Texas Attroent discusses: Why Chapter 7 may not be good for you

Bankruptcy filings are serious and should be handled by a professional bankruptcy lawyer who understands the chapter 7 means test. Call 1-888-584-9614 for a Texas bankruptcy lawyer.
Spread the Word
Listed Under

Chapter 7 means test
Texas Bankruptcy Lawyer

• Bankruptcy

Richardson - Texas - US

Feb. 28, 2012 - PRLog -- In these economic times, bankruptcy is becoming more and more common. If you are overwhelmed by debt and considering filing bankruptcy, you could have questions about chapter 7 vs. chapter 13 that are best answered by a Texas bankruptcy lawyer. You could have heard about the chapter 7 means test and other things required for bankruptcy filings in Texas, and here is an explanation.

Chapter 7 is the most common type of bankruptcy and is generally the best option for filers who do not own a significant amount of assets. A bankruptcy trustee can liquidate your property or assets if they are not protected by some sort of exemption. A Texas bankruptcy lawyer will help you determine which of your assets are and are not protected under chapter 7 bankruptcy.

Your clothing, household items and personal items are usually protected under certain exemptions, but your property and other investments may be in danger of being repossessed by the government. If you are current on your car or house payments, you are typically allowed to keep them. However, the exemption laws can vary by state.

The Chapter 7 Means Test

The chapter 7 means test is required in bankruptcy filings in Texas to determine if you truly qualify to file for bankruptcy. The test is based on the median income of your state for your type of household. If you earn less than the median income of your state, you have essentially “passed” the means test and can qualify for chapter 7. If your income is too high, then you may have to file for chapter 13 bankruptcy. The means test is one of the main differences in chapter 7 vs. chapter 13.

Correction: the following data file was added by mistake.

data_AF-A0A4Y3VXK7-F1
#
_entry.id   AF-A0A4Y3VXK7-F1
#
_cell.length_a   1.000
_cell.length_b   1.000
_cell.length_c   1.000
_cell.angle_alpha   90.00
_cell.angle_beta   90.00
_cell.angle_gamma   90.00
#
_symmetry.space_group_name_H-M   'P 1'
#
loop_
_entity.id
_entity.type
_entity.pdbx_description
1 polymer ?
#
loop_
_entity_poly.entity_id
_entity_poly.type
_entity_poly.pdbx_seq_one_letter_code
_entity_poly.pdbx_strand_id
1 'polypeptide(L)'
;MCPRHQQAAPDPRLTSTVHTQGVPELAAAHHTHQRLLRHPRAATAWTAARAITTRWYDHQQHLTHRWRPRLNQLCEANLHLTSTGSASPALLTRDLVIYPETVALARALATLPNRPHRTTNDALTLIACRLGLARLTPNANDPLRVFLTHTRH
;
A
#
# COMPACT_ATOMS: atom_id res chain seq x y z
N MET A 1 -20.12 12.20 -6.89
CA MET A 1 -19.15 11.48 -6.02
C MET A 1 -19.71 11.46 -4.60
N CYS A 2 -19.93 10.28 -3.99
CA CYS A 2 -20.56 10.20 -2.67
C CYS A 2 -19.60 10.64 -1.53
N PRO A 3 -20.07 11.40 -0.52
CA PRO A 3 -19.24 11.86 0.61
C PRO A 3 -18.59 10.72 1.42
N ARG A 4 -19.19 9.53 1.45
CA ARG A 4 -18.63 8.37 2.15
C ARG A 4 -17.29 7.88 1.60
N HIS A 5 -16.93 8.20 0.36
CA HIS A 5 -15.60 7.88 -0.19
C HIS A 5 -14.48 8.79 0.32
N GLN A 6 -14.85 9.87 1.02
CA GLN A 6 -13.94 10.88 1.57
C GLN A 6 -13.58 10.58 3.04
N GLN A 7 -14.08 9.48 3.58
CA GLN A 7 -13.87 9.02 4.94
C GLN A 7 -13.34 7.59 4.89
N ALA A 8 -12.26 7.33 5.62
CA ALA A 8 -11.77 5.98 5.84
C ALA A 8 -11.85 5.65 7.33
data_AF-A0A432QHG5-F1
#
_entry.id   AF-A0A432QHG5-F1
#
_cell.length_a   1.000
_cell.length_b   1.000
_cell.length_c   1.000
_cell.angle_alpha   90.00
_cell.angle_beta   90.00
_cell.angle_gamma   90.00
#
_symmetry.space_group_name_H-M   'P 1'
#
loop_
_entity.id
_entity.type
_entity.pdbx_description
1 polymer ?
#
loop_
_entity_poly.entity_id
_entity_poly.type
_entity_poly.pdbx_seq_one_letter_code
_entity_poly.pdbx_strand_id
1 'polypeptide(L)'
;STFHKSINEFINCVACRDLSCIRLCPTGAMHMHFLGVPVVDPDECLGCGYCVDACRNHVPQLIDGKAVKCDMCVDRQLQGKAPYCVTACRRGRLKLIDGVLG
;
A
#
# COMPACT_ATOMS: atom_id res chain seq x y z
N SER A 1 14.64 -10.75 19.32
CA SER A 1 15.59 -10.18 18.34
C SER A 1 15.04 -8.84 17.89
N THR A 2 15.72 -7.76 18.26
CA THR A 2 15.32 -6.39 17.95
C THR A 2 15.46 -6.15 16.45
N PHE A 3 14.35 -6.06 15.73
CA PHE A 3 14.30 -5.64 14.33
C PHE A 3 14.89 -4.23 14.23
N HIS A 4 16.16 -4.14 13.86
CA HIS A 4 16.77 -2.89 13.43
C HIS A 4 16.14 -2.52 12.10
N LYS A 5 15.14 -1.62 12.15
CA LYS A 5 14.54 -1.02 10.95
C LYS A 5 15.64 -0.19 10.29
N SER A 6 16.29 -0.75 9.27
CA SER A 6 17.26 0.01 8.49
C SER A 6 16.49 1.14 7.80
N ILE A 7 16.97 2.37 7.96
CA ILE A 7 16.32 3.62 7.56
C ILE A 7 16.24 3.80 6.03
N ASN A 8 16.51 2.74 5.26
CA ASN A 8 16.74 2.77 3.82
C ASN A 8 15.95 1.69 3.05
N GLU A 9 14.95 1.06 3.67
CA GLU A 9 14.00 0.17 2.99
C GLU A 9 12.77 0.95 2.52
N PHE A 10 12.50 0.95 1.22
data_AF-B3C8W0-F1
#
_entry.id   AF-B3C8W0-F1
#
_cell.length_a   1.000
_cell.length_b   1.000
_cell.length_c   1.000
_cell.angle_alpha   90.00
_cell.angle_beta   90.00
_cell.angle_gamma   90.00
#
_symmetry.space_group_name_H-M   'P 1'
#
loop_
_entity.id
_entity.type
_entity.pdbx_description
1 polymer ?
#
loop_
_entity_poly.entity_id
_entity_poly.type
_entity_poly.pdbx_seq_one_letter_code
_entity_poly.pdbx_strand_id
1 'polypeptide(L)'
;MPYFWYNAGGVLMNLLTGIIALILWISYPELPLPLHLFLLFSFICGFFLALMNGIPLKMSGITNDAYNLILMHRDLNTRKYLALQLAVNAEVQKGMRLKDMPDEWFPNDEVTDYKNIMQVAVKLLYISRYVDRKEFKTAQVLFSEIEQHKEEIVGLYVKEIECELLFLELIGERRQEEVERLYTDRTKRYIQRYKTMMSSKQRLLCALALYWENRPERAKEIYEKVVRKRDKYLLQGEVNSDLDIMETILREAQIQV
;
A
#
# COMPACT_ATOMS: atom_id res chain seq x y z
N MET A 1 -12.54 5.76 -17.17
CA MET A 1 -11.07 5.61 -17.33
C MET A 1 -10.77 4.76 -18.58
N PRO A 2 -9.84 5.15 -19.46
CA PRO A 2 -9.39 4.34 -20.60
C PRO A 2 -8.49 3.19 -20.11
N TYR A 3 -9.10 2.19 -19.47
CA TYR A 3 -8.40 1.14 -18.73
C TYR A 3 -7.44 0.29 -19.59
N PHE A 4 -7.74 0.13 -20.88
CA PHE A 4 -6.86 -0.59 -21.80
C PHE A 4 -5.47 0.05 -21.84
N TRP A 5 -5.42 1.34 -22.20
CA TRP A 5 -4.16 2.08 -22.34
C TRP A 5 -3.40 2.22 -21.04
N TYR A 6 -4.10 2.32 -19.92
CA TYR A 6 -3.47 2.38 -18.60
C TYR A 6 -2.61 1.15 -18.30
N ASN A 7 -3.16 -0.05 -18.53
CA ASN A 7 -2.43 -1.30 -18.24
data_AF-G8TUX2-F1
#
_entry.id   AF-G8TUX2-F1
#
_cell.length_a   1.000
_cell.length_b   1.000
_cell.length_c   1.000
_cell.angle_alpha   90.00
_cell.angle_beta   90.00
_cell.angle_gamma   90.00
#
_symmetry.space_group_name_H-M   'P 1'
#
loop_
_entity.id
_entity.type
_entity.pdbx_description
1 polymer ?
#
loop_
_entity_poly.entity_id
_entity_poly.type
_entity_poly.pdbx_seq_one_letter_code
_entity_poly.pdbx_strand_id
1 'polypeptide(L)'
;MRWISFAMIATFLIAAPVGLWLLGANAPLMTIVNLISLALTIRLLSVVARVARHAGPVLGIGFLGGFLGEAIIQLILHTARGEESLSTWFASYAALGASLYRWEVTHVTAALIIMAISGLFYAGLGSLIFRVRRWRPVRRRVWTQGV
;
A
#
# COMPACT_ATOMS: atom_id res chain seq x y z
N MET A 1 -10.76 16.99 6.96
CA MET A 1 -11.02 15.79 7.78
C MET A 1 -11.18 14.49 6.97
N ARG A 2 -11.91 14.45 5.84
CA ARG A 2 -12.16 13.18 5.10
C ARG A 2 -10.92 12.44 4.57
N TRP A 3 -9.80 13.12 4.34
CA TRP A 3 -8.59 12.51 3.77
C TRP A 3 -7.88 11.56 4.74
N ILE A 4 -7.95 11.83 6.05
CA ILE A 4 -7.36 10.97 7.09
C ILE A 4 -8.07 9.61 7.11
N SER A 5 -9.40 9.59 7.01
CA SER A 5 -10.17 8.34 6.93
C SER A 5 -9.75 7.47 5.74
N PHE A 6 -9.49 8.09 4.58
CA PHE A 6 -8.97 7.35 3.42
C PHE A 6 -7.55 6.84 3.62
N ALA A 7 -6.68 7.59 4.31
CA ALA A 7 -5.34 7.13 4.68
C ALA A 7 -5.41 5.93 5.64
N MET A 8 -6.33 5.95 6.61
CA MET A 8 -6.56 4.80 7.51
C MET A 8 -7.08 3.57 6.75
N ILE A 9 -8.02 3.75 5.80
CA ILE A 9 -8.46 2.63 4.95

The main disadvantage of filing for chapter 7 bankruptcy is that your credit report for the next 10 years will show that you filed for bankruptcy. This could hurt your ability to buy a car, home, get a credit card or make other economic investments.

What types of debt are not covered when I file chapter 7 bankruptcy?

Not all debts are eliminated when you file for chapter 7 bankruptcy. If you have any of these types of outstanding debts, you may want to consider filing for chapter 13 bankruptcy instead:

•   student loan debts;
•   IRS or state income tax debt;
•   child support or alimony obligations;
•   government fines or fees; and
•   payment orders from a divorce decree.

Bankruptcy filings in Texas can cause a great deal of stress and confusion. You could be worried about passing a chapter 7 means test or have lingering questions about chapter 7 vs chapter 13 and which is right for you. Don’t go through this process alone and risk making a mistake. Call a Texas bankruptcy lawyer today for help in making this large financial decision.

Contacting a Texas Bankruptcy Lawyer

At Warren & Migliaccio, our goal is to protect you and your family so that you can take the necessary steps to proactively plan for your future. When financial circumstances outside of your control threaten your wellbeing, take control of your situation by contacting our Dallas law firm. We’ll guide you through the legal process so you can make informed decisions and choose the best course of action. If a personalized, teamwork-driven approach sounds like what you need for your case, call 1-888-584-9614 today. We’re here to help.
Visit us at: http://www.wmtxlaw.com/contact-us
Source:Warren & Migliaccio
Email:***@wedowebcontent.com Email Verified
Tags:Chapter 7 means test, Texas Bankruptcy Lawyer
Industry:Finance, Legal, Bankruptcy
Location:Richardson - Texas - United States
Account Email Address Verified     Account Phone Number Verified     Disclaimer     Report Abuse
Law Office of Warren & Migliaccio PRs
Trending News
Top Daily News
Top Weekly News

Like PRLog?
Click to Share